“[Nick] McKenzie’s and [Chris] Masters’ vindication was hailed as a rare victory for public interest journalism. For their efforts, alongside the Walkley honour was a grant announced in their names: the Masters-McKenzie Grant for Investigative Journalism, awarding $10,000 to a recipient each year.
“The pair received an extended standing ovation from the entire room, bar one notable table. Right in front of them, on table four, sat a table of Seven West employees, who indeed remained ‘firmly in their seat’ … The table included Seven News Sydney presenter Michael Usher. One witness told Crikey the table glowered at McKenzie and Masters as they accepted the acknowledgement of the Australian press.”
READ ALL ABOUT IT
Journalism lost in push for ‘balance’ over truth — Julie Szego (The Australian) ($): “In June, I was sacked from my weekly Age column for speaking out about activist journalists at the paper who were smothering my efforts to air the commonsense debates around paediatric gender transition and the clash between sex-based rights and rights based on ‘gender identity’. (The paper has since been pushing back against the censorious within its ranks) … Once a finely tuned BS detector was considered an attribute of good journalism, but now too many in the progressive media see it as a tool of oppression and weapon of ‘harm’. A similar philosophy animates the unprecedented open letter, signed by a cohort of journalists at the ABC, Guardian and Nine, calling for a new approach to reporting the Israel-Hamas war.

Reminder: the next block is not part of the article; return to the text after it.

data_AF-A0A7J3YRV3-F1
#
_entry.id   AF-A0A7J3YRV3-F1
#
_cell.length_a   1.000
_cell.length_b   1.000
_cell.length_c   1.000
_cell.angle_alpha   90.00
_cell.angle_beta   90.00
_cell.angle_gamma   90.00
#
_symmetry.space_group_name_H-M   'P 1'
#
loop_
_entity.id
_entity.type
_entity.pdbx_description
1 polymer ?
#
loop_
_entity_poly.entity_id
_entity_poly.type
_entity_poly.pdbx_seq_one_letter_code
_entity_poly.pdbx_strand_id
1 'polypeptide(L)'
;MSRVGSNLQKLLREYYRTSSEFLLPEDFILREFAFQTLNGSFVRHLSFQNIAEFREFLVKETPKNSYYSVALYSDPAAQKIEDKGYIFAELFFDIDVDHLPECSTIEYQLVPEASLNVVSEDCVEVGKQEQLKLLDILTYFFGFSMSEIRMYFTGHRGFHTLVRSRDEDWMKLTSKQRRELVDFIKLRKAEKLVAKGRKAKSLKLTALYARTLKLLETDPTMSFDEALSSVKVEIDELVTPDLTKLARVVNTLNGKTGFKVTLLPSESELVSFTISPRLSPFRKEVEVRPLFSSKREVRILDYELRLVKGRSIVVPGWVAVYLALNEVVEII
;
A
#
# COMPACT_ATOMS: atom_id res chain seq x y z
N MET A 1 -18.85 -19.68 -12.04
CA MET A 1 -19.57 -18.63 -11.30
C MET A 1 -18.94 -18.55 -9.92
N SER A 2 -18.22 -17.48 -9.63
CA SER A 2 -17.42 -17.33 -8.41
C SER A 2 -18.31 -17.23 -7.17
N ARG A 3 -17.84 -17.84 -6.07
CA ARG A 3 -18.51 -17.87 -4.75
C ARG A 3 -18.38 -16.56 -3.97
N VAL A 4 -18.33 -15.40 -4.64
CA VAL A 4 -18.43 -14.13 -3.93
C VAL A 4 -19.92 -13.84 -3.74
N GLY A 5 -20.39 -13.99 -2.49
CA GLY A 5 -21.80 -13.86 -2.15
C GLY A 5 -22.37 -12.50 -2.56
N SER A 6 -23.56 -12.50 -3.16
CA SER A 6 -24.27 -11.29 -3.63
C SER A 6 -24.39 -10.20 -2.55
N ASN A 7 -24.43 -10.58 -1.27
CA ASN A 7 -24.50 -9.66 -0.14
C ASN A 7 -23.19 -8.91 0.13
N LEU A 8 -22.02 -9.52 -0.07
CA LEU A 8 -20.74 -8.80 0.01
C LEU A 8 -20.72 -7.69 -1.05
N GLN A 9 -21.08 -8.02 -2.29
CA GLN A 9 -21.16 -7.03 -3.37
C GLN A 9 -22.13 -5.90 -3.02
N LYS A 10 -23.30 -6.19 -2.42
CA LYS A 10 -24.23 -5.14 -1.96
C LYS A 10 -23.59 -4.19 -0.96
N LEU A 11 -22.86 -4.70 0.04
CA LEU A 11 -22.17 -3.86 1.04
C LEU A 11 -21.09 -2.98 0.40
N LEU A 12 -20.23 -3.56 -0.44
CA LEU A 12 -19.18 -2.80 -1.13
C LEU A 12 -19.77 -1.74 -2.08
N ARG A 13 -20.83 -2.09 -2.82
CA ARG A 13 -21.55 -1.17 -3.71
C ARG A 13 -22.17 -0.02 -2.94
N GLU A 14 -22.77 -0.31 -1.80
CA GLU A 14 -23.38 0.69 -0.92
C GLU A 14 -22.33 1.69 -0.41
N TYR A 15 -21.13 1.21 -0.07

“… But the point is: the signatories to this letter, or at least its instigators, well understand that the public can tell the difference between propaganda and the complicated, bloody mess that is the truth. So they seek to rewrite the rules of journalism as a way of bullying the profession into accepting as fact that which is deeply contested. The rot, unfortunately, runs very deep when the national media section of the journalists’ union (the Media Entertainment & Arts Alliance) endorses such a letter as it has done. Being a true believer, I’m so ‘proud to be union’; I have been paying union dues even though I am technically unemployed. No more. In keeping with the current vogue of grand pronouncements, I hereby renounce my membership of the journalists’ union, the MEAA, because whatever it’s about these days, it’s no longer journalism.”